Preventing HIV Infection

The Food and Drug administration approved a drug, Truvada,  to reduce the chances of HIV infection.   This just after the first HIV home test was approved by the FDA. HIV infections in the United States hold steady at about 50,000 new cases per year.  Currently there are 1.2 million Americans with HIV, which  develops into AIDS unless treated. It is hoped this drug will reduce the number of new cases.

The use of Truvada is called preexposure prophylaxis, and is used to prevent HIV infection from partners of HIV infected individuals.  Preexposure prophylaxis had been limited to the use of condoms.  It is hoped that intervention with Truvada, and possibly other drugs, will provides major step toward reducing HIV infections in the United States.  The drug is effective to reduce transmission by as much as 75% in heterosexual and gay couples.  Another study whosed that daily doses cut the risk of infection in healthy gay and bisexual men by 42% when used with condoms and counseling. In another study Truvada reduced the infection rate in heterosexual couples when one partner was infected.

The drug is Truvada, a combination of two anti-viral drugs tenofovir and emtricitabine.  Truvada has been used, in combination with other drugs, for patients who have HIV but is not effective used alone.

The results from the study varied widely, from 40% to 75%, and while some could be explained by adherence to the daily regimen of the drug, there were clearly roles for other factors.  The drug must be taken daily, and cannot be skipped, and the partners must use condoms with sexual activity.  During one of the studies there was a high rate of pregnancy, indicating that unprotected intercourse was more common than self-reported.

Before prescribing the drug, the patient must be confirmed to be HIV negative. This was not made a requirement by the FDA.  A patient who has HIV and uses this drug has ineffective treatment for HIV, which requires three anti-viral medications, and the concern would be that if an HIV positive patient uses this drug they may develop a resistance to this medication.

The drug is not risk free and there was noted changes in kidney and liver function as well as reduced bone density. Side effects include diarrhea, nausea, abdominal pain, headache, and weight loss.  The FDA will continue to monitor the drug for adverse events.  The other concern is that Truvada will lead to unprotected sex. In addition, there is no data regarding the use of Truvada in pregnancy

The drug is costs about $13,000 per year, and there is no word if insurance will cover the use of the drug.

We still await, however, a vaccine against HIV.

Dr. Terry Simpson About Dr. Terry Simpson
Dr. Terry Simpson received his undergraduate and graduate degrees from the University of Chicago where he spent several years in the Kovler Viral Oncology laboratories doing genetic engineering. He found he liked people more than petri dishes, and went to medical school. Dr. Simpson, a weight loss surgeon is an advocate of culinary medicine. The first surgeon to become certified in Culinary Medicine, he believes teaching people to improve their health through their food and in their kitchen. On the other side of the world, he has been a leading advocate of changing health care to make it more "relationship based," and his efforts awarded his team the Malcolm Baldrige award for healthcare in 2011 for the NUKA system of care in Alaska and in 2013 Dr Simpson won the National Indian Health Board Area Impact Award. A frequent contributor to media outlets discussing health related topics and advances in medicine, he is also a proud dad, husband, author, cook, and surgeon “in that order.” For media inquiries, please visit www.terrysimpson.com.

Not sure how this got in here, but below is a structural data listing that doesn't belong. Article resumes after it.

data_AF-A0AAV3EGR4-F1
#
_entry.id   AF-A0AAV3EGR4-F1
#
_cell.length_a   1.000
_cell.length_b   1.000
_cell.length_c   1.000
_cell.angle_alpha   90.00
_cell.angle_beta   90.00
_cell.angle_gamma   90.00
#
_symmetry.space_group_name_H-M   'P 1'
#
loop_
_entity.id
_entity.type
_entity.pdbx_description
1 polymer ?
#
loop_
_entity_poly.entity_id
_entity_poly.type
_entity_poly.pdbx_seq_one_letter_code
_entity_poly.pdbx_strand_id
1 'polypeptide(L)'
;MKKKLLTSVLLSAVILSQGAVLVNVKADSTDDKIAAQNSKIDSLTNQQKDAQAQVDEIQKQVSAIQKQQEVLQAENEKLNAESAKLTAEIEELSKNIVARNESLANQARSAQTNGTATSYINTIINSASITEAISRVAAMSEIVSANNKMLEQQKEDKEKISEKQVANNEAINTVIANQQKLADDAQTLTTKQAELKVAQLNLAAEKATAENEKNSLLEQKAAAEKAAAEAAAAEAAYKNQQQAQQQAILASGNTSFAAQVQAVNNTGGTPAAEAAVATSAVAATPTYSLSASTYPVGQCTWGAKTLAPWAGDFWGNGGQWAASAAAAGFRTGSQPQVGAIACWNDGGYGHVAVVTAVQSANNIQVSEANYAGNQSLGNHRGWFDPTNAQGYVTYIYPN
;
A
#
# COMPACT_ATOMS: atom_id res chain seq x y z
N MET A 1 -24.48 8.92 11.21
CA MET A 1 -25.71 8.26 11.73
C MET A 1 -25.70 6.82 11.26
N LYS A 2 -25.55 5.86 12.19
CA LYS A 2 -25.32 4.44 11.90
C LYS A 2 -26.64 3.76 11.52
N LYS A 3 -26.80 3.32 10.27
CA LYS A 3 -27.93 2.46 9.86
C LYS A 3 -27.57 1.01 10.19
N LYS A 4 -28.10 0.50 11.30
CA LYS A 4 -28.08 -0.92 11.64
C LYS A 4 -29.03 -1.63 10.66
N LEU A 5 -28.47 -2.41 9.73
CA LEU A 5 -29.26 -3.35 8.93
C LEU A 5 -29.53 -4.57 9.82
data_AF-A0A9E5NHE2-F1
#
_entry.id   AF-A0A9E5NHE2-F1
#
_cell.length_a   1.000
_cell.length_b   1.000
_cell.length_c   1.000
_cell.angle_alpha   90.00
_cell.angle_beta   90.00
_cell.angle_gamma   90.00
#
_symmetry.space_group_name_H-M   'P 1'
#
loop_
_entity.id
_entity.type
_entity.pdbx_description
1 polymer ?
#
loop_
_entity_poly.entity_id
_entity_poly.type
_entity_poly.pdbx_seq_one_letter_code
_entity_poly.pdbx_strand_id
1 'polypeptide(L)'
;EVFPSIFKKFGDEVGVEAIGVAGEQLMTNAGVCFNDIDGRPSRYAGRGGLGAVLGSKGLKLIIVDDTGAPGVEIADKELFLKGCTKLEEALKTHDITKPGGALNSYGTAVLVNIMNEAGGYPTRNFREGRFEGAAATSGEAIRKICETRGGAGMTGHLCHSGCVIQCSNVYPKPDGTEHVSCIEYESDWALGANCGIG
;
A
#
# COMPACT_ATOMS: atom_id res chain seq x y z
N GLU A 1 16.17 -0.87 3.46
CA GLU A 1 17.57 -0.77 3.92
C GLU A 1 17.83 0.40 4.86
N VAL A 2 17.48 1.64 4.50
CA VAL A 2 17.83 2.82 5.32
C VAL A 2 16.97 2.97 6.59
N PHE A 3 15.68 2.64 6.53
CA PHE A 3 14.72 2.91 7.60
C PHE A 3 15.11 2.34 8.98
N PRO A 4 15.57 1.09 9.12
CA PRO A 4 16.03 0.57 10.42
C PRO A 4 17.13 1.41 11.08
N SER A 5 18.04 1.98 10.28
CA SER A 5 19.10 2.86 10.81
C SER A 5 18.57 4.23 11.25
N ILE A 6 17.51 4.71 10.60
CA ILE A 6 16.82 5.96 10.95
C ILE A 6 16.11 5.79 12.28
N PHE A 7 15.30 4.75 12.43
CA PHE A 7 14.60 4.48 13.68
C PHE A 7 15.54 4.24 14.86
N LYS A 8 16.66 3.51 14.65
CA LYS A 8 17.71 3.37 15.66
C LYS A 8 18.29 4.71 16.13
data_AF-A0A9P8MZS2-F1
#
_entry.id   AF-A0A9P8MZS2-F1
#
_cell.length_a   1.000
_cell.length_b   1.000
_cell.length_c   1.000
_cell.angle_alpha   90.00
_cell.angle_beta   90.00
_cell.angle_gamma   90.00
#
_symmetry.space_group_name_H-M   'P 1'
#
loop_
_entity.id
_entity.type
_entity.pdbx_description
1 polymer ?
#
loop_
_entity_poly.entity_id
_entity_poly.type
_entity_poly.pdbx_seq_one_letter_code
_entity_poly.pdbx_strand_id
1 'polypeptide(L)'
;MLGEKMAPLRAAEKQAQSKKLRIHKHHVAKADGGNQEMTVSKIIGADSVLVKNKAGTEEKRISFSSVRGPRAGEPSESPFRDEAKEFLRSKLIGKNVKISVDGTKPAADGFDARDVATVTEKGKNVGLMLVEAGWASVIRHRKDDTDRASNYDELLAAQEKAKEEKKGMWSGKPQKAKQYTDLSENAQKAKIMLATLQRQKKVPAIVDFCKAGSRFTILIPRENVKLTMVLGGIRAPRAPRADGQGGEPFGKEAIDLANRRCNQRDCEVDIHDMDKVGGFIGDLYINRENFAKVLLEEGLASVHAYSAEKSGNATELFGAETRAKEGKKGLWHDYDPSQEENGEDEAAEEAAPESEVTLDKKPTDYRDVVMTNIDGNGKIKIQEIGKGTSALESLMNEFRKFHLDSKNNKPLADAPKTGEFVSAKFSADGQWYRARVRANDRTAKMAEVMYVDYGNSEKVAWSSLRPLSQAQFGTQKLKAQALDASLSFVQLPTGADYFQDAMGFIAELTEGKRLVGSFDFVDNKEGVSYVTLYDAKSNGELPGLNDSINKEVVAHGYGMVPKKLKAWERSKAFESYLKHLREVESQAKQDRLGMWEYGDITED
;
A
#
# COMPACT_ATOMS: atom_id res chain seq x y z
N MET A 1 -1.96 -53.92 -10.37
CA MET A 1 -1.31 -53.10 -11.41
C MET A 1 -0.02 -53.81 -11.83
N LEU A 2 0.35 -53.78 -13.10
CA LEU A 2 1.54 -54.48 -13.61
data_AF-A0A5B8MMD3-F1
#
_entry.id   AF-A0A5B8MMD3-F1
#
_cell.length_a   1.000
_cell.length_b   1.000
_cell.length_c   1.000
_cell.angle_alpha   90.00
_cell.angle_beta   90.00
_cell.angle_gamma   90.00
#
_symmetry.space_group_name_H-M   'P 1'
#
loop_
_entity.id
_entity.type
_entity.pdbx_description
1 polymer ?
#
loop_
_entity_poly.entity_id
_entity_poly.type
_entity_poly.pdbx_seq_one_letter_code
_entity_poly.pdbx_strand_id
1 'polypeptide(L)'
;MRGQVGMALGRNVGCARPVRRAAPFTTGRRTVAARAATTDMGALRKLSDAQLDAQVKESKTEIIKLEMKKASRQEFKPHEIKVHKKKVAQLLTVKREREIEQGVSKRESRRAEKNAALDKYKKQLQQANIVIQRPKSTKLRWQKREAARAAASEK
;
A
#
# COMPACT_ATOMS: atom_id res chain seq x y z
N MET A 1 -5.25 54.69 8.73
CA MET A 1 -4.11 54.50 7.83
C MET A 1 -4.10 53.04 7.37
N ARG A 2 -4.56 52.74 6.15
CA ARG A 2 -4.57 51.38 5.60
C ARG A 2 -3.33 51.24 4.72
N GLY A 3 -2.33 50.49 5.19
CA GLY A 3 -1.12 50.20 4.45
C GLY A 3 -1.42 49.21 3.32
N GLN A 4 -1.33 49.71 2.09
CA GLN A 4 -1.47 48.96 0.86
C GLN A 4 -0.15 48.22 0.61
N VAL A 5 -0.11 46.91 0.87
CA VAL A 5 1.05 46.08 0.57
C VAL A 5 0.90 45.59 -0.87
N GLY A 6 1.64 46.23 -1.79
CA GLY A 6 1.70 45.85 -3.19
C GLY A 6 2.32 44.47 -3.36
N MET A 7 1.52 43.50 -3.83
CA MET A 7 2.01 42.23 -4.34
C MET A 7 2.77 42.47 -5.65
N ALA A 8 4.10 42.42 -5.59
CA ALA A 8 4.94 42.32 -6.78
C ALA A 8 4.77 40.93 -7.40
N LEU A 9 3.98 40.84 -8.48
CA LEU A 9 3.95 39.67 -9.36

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Latest Comments

  1. gold account says:

    The overall declines in new HIV infections among IDUs since the 1980s likely are related to decreases in injection-drug use or the sharing of injection equipment and changes in social networks of IDUs (e.g., associating with persons who do not have HIV infection or who are less likely to share injecting equipment) ( 9 ). However, many IDUs with newly diagnosed infection have suboptimal access to and utilization of highly active antiretroviral therapy (HAART), and initiate HAART at more advanced stages of infection (10). Programs to prevent HIV among IDUs should address both risk from injecting and risk from unsafe sexual behavior. HIV testing should be a key component of any comprehensive strategy, and new opportunities to test IDUs (e.g., in correctional facilities or mental health clinics) should be considered. In addition, newer testing technologies such as rapid HIV testing might enable programs to reach IDUs who would otherwise not be tested.

  2. Lynn says:

    There was a pro and con article in US News and World report and one con is that studies show that the majority of people on prescription medication, do indeed skip doses. Human behavior dictates that this drug would probably not be effective.

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